200 Years of United Methodism
An Illustrated History

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The third serious tension on the way to "more and more, better and better" was created by those who insisted that better was not good enough. They said the churches should be producing the best Christians--those who had received the "second blessing" of holiness. The Evangelical Discipline of 1844 asserted that every Christian should attain complete holiness in this life--"all self-will and selfishness must be subdued." Methodist camp-meeting, Sing Sing, N.Y. Engraving from HARPER'S WEEKLY, August 29, 1868.In the late 1850s William W. Orwig, an Evangelical bishop, argued that those who had not obtained entire sanctification would go to hell. Debating with Bishop Orwig, Solomon Neitz insisted the "root of evil" is not rooted out of persons by the experience of salvation. From debates of this sort sprang a number of church schisms and support for the holiness movement.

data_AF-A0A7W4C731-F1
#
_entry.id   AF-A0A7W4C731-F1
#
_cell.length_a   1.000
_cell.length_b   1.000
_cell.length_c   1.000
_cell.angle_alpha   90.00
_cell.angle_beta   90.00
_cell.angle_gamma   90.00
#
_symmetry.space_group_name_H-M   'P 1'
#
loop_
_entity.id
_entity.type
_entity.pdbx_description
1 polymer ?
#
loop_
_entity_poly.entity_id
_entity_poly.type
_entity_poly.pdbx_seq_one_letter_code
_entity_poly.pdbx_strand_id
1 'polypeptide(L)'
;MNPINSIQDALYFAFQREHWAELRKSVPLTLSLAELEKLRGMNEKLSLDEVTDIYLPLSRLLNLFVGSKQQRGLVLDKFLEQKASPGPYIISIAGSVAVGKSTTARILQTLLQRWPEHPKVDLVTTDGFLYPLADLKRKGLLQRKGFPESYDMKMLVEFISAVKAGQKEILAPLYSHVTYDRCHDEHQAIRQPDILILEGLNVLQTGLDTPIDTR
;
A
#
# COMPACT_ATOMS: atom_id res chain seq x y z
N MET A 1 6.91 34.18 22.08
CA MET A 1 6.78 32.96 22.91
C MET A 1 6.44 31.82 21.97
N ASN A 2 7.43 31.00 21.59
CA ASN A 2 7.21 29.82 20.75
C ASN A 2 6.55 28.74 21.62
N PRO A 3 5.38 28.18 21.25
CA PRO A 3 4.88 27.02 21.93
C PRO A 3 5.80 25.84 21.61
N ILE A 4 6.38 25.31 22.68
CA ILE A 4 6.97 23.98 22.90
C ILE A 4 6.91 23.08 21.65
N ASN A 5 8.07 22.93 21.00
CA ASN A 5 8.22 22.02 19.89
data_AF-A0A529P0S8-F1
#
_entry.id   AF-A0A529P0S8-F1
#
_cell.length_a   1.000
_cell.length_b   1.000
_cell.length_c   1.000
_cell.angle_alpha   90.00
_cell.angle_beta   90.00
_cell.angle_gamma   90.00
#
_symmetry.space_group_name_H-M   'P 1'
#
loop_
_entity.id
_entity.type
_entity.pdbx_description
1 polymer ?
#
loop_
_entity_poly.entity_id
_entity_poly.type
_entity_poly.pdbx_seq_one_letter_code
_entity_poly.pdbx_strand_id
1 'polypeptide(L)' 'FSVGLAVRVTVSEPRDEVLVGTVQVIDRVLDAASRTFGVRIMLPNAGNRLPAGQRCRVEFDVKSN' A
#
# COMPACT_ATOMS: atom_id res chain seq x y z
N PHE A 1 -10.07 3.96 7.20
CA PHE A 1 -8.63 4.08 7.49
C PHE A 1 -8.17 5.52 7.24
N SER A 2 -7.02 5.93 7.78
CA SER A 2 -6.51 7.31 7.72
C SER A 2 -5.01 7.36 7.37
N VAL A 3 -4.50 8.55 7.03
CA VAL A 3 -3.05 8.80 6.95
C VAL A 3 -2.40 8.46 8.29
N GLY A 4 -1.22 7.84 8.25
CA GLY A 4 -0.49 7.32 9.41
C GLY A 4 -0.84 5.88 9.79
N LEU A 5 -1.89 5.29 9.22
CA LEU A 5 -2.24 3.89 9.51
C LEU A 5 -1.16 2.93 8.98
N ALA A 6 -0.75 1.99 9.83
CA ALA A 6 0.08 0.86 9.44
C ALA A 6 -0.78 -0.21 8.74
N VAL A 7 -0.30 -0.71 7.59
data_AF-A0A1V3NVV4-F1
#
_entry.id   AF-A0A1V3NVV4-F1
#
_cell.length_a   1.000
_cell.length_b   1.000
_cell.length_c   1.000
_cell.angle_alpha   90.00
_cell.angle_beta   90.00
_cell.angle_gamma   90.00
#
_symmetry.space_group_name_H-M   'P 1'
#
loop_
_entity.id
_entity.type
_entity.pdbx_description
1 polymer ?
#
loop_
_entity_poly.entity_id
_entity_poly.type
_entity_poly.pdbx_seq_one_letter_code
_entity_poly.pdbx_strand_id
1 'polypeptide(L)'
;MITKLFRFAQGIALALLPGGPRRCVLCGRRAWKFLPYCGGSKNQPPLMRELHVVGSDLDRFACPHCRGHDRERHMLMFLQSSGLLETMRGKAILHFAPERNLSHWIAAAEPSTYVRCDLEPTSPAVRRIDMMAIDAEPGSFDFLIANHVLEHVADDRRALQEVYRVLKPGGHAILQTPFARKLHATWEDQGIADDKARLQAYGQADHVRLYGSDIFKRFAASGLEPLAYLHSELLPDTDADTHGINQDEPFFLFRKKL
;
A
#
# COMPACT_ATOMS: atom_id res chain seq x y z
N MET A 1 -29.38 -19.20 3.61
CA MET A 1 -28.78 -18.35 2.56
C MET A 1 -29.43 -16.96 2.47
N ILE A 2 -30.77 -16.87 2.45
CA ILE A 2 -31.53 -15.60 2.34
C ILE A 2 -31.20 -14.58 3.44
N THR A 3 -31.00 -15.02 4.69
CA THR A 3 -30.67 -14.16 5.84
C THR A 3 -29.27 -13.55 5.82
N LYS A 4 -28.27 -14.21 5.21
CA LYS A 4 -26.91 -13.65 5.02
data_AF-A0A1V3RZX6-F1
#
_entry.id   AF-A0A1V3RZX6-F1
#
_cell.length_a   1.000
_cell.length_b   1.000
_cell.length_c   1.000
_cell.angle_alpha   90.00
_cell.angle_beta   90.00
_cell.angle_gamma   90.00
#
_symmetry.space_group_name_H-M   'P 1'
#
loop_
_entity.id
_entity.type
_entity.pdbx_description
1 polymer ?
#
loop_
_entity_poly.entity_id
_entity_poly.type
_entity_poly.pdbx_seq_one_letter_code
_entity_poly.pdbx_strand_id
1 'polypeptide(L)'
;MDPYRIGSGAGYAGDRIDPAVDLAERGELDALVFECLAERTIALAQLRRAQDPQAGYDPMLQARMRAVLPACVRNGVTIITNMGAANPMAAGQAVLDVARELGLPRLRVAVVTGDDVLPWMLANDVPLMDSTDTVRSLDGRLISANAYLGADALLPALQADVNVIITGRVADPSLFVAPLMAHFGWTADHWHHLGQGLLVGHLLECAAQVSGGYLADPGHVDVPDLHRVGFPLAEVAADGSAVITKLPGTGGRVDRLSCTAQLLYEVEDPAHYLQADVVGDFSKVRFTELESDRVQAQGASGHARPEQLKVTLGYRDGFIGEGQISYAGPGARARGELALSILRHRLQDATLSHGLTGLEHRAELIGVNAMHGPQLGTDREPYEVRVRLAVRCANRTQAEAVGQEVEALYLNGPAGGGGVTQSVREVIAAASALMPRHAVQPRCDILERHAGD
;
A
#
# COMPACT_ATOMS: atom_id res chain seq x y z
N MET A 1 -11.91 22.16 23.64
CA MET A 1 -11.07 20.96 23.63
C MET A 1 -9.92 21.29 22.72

This movement--led for a time by John S. Inskip, a Methodist--held the first holiness camp meeting at Vineland, New Jersey, in 1867, although holiness type emphases were in part responsible for the founding of the Wesleyan Methodist Church in the 1840s and the Free Methodist Church in the 1860s. Soon the holiness movement was promoting the "second blessing," defining it as the heart being "cleansed from all corruption and filled with the perfect love of God," and claiming it was in accord with John Wesley's thinking. In the 1880s and succeeding decades, holiness churches drew members from Methodist, United Brethren, and Evangelical congregations.

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